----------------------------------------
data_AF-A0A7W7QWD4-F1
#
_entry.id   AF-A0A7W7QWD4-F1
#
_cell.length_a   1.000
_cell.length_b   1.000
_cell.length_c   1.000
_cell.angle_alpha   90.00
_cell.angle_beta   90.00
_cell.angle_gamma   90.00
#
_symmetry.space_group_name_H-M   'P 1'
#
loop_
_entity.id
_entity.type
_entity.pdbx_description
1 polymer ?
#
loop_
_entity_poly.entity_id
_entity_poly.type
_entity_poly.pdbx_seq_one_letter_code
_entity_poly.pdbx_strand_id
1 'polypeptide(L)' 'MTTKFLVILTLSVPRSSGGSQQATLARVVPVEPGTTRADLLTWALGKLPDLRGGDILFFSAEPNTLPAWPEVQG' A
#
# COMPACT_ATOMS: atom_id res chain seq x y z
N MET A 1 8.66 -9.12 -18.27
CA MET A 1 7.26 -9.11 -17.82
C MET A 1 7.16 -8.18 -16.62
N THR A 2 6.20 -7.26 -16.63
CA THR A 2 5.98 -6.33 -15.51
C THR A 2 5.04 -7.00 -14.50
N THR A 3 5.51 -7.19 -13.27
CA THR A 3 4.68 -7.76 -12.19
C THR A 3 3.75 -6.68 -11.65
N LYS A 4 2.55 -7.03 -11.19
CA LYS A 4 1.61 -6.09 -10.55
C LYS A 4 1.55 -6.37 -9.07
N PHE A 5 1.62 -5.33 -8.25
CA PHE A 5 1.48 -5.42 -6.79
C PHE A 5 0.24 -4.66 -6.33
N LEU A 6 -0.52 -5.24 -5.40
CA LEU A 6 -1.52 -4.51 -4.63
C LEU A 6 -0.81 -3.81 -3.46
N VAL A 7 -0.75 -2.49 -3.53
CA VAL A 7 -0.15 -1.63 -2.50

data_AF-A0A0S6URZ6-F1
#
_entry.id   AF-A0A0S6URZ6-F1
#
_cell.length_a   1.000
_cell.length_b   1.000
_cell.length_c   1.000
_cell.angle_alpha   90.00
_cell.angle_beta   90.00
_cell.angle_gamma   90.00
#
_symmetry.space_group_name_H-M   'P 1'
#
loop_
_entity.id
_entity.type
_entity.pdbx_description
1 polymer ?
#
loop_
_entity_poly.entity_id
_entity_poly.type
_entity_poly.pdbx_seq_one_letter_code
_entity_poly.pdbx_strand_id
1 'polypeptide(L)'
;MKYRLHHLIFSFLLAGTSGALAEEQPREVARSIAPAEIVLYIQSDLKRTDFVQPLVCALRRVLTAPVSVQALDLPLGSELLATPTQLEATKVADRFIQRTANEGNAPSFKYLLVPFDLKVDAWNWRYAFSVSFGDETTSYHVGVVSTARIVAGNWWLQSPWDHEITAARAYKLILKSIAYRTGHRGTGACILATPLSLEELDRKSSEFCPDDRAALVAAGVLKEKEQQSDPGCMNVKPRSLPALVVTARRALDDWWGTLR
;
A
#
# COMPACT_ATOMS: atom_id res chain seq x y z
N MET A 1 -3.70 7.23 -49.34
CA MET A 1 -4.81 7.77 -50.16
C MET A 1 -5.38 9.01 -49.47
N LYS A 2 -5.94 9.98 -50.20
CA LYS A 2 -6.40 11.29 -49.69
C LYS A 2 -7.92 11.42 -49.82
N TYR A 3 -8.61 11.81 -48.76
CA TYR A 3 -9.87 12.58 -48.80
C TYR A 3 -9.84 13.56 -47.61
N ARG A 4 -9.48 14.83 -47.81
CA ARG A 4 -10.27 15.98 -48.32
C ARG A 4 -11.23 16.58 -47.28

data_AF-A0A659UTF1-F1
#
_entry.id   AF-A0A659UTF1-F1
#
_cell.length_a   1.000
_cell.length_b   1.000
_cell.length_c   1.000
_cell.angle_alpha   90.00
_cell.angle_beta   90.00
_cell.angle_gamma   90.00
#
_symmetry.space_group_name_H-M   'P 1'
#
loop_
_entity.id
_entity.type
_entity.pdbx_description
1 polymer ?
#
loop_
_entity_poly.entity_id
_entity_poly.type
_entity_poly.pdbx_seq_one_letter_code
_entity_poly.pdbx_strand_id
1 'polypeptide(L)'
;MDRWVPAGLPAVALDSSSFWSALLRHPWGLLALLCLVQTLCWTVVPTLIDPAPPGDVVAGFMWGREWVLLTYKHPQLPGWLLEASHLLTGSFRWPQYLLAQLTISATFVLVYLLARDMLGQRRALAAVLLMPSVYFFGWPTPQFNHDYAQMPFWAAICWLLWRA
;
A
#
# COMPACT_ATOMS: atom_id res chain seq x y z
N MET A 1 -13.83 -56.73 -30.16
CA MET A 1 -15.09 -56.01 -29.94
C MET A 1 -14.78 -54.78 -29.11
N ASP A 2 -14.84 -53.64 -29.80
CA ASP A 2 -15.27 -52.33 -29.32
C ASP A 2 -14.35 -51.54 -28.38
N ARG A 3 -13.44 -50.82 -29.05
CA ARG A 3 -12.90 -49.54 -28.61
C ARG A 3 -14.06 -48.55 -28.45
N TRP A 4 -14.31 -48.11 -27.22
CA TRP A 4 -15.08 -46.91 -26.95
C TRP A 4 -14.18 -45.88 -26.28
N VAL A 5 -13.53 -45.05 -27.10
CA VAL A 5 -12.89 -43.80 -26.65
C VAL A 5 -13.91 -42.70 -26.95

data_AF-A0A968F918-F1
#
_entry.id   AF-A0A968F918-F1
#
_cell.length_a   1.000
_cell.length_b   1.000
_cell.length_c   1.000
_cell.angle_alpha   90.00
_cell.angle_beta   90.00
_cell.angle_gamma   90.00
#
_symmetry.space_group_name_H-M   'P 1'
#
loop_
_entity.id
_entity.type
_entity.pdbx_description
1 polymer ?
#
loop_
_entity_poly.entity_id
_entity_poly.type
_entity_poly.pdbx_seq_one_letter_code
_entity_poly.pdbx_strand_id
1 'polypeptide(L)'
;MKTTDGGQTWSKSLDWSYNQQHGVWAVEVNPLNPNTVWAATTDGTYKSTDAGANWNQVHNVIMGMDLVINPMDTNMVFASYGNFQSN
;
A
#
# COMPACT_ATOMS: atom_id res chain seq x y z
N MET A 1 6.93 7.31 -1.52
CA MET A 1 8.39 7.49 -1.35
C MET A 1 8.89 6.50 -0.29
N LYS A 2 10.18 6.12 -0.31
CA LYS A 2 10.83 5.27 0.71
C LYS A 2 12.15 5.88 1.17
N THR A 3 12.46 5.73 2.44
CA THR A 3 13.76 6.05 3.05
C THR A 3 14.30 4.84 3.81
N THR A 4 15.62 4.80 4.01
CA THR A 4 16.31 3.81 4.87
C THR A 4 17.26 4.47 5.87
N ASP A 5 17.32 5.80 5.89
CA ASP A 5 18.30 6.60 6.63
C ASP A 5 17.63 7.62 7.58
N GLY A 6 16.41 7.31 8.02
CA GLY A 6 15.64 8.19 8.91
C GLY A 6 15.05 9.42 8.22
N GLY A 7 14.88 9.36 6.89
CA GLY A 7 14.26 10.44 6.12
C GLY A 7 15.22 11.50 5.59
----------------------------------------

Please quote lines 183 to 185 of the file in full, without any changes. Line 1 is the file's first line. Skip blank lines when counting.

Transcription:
N GLY A 7 14.88 9.36 6.89
CA GLY A 7 14.26 10.44 6.12
C GLY A 7 15.22 11.50 5.59